Saturday, January 22, 2011

Umnak Island, 9 July 1944


Pitzler darling…

Today rounds out my first week here, and I can make a few preliminary judgments. This is a long way from being heaven, but after 980 is at least a haven. The change is like beating yourself on the head with a rubber covered mallet after warming up for two months with a spiked mace.

The big difference seems to be that the proportion of early ACS men is higher here than at the old station. A large number of the local fellows came in just before or after Pearl Harbor. And the ACS volunteers of that period are certainly better companions than the boys drafted later from Camp Crowder and way points.
Here there is a general interest in ideas, in discussion. The talks while not brilliant (perhaps the bull sessions do not seem so because there is a local beer session) are lively and far-ranging. There are only a few men who attempt verbal compensation for their sexual repressions. News is valued here. The incredible thing at 980 was that there was no interest in the war. Or almost none. But here at least a third of the men take the pony edition of Time or Newsweek. Nearly everyone reads the daily bulletins posted in the mess hall and operations building. Maps are posted and on some colored pencil shadings mark the daily advance. The implications of each new advance are discussion, intelligently and hotly.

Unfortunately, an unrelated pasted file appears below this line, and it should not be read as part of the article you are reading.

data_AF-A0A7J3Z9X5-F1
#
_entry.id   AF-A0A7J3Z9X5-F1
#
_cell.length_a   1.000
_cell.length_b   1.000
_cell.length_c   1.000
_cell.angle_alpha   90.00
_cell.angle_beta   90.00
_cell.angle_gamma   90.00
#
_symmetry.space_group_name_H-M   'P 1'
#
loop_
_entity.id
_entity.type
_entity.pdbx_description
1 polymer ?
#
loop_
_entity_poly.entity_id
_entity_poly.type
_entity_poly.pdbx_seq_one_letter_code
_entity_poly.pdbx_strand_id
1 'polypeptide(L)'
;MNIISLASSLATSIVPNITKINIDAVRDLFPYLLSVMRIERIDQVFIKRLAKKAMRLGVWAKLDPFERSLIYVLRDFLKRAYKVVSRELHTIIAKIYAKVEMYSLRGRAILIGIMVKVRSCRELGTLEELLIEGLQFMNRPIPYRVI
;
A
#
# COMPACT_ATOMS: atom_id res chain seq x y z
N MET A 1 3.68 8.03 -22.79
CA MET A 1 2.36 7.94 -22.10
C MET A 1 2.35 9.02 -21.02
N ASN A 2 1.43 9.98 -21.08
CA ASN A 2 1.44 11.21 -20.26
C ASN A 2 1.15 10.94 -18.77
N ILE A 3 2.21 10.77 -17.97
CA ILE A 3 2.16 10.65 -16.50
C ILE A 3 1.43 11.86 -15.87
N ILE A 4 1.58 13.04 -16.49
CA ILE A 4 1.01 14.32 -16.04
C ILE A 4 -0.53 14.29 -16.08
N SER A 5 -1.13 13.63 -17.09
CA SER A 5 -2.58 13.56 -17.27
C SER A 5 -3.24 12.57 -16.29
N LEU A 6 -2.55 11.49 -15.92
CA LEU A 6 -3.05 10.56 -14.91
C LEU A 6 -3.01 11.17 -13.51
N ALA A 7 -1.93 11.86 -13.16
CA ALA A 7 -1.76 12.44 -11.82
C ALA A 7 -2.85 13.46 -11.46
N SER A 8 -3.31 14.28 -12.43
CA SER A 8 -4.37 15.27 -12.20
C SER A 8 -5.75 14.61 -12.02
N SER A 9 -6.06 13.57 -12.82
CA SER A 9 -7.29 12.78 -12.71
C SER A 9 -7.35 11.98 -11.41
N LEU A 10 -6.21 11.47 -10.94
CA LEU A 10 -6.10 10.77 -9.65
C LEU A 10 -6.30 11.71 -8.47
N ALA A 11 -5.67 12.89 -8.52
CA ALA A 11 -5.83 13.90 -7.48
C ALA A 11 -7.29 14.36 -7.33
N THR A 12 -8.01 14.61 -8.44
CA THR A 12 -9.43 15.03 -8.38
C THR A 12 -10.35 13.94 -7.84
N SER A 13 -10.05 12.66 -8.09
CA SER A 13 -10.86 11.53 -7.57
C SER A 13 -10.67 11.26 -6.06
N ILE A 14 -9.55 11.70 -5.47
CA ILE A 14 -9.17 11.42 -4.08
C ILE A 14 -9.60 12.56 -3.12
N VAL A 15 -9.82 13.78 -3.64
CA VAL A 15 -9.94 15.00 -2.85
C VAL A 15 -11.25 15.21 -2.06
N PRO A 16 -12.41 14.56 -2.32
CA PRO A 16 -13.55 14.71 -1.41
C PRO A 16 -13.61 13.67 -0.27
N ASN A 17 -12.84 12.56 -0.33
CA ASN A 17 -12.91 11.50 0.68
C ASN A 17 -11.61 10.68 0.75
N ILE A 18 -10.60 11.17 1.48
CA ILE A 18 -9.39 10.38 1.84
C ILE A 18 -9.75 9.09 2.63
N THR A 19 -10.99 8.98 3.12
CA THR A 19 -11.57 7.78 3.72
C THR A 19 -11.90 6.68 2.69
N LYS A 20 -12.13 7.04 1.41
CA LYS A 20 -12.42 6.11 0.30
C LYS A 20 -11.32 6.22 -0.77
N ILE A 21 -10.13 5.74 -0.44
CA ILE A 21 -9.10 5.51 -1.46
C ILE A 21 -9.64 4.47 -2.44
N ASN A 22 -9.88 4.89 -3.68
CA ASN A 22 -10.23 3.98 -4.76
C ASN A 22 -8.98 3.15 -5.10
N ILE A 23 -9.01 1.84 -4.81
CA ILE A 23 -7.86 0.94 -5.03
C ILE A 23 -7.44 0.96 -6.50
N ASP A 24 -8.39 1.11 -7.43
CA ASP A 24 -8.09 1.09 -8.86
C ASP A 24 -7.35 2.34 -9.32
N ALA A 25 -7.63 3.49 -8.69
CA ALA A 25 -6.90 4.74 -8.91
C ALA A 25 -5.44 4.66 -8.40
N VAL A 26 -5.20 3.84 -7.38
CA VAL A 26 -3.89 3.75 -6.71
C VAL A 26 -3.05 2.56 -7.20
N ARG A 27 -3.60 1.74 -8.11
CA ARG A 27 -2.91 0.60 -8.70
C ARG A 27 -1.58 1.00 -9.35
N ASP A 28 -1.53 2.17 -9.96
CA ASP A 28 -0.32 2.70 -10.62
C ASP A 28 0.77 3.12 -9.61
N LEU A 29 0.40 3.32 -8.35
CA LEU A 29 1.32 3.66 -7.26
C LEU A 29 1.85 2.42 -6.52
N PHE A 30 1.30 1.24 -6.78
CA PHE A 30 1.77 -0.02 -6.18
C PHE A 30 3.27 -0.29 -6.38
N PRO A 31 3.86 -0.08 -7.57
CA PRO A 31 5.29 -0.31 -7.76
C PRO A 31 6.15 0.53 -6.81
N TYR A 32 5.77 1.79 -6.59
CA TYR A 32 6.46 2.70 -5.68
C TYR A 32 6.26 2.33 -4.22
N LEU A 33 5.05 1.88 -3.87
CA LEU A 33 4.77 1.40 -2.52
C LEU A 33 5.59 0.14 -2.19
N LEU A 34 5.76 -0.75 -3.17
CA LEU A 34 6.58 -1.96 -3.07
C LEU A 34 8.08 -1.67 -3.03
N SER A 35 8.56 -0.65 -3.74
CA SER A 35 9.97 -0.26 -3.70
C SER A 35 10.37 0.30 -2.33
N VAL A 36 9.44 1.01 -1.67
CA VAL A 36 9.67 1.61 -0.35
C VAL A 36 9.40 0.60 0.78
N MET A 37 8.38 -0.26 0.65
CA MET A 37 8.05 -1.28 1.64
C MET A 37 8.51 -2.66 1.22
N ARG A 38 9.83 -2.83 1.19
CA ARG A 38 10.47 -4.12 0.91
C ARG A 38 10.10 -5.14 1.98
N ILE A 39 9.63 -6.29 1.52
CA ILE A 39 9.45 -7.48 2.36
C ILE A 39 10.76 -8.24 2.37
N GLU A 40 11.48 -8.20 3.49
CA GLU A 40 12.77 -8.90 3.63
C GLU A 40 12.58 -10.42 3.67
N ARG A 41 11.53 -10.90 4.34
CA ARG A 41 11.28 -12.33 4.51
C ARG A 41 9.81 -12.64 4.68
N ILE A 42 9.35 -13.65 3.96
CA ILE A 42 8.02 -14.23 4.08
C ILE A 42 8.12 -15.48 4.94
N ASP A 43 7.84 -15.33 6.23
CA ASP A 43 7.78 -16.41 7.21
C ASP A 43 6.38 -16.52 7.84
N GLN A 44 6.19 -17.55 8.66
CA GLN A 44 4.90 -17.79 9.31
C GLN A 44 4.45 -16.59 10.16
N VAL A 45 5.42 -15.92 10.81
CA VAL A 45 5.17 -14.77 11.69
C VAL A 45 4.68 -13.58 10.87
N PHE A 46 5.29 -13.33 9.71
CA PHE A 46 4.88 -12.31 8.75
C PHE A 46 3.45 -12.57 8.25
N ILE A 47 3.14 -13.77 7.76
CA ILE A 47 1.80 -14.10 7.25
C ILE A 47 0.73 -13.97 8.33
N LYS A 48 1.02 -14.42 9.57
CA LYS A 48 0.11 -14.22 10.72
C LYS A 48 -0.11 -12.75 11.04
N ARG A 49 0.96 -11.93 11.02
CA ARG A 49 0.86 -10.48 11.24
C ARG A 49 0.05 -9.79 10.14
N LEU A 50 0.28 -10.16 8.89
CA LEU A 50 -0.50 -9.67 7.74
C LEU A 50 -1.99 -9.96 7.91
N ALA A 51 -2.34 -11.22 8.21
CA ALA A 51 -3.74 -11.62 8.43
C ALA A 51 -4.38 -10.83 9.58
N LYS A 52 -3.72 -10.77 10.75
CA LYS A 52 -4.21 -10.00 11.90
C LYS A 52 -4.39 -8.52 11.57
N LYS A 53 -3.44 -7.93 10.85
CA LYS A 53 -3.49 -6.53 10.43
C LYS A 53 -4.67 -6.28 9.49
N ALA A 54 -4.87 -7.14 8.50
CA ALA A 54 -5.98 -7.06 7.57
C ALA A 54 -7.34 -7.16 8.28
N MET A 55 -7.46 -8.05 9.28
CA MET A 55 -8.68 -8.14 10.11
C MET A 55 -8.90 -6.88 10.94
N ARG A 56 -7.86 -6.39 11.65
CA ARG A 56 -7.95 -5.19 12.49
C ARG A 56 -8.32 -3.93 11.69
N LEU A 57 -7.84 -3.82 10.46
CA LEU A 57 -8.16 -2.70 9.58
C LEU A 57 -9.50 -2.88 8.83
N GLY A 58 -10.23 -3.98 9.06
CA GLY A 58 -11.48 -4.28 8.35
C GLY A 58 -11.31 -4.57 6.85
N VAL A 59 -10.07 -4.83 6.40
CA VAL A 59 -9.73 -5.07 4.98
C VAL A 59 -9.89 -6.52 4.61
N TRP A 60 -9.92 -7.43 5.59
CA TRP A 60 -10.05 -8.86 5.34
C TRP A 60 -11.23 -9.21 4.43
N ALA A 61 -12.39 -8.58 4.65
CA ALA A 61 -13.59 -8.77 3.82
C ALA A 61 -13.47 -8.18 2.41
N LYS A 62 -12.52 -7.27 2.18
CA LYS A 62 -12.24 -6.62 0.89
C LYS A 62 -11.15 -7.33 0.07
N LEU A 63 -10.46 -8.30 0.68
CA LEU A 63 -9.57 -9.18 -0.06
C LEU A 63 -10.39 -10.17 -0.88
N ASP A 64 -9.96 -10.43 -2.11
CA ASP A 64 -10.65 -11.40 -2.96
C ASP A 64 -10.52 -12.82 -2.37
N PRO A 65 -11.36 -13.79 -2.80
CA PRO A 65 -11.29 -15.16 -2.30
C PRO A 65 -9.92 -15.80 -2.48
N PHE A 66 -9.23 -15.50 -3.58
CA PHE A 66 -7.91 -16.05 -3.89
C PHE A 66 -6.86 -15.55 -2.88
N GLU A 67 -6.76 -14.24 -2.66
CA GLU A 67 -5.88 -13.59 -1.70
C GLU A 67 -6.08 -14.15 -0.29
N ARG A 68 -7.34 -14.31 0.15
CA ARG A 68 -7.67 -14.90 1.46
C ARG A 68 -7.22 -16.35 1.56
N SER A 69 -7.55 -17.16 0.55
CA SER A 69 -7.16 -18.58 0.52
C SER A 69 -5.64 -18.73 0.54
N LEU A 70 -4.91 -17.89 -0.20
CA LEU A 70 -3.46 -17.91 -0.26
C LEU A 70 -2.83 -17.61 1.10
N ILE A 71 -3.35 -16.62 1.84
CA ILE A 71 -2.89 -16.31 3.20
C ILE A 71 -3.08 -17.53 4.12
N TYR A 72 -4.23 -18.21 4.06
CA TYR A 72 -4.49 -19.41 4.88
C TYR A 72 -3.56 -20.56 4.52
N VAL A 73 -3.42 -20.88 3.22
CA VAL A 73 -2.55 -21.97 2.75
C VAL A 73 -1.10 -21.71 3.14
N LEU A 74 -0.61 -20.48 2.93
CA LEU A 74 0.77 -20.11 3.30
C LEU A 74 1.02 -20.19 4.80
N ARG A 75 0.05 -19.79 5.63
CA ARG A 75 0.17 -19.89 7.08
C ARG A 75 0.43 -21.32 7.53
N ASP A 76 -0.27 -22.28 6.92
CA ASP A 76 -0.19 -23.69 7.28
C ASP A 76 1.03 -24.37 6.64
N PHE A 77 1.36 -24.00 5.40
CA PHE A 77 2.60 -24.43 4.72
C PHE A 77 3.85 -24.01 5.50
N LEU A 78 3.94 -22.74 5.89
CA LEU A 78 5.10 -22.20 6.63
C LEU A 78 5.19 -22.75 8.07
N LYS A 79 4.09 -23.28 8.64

Just as important as the tolerance of books and ideas is the general respect for the comfort of others. I can recall no group of men more soft-spoken or considerate of the rights of their fellows. There are exceptions, of course. We have one in our hut, a noisy punk who stops and shouts from stupidity rather than malice. But the rest are respectful of others’ right to sleep and quiet. They ask permission before turning the radio on or off. They shut the door softly. The old 980 warcry, “They get more sleep than I do,” does not ring out daily. In fact, it is not even known.

Part of the difference in attitude may stem from the weather, which has been better here than it was during my stay at the old post. Winter tensions may have been present here. They may have melted in the war air. And part of the difference is undoubtedly due to the physical plant. The huts are less crowded. And the rec hall makes it possible for men to spend their leisure outside of them. (According to Senor Juan , some of the men spend so much time at the pool table they walk sideways from habit.)

I have a DH Lawrence explanation: the landscape. At the old post we sat on the side of a mountain and the wind was always trying to blow us off. We were pressed between the mountain and the sea. And while the scenery was more spectacular than here, I always felt crowded, huddled. Here the view is pastoral. The main feature is the great, level, meadow-like marsh. We have room enough to breathe.

But the basic difference seems to be this is a better bunch of men.

Tomorrow I go on KP. It is worked differently here than at the old post. The KPs work a meal a day for a week. Their kitchen chores are in addition to their job. So when I knock off work at eight this morning I’ll report to the kitchen to wash the tables, the dishes and mop the floor. Senor Juan assures me that the work can be finished by 9:30.

It looks like a sleepy day. For besides missing a bit of morning sleep with the kitchen contingent, I have join the rest of the graveyard shift in a hike down the road to the hospital at 1 pm for the monthly inspection of genital organs—the old immaculate infection deal.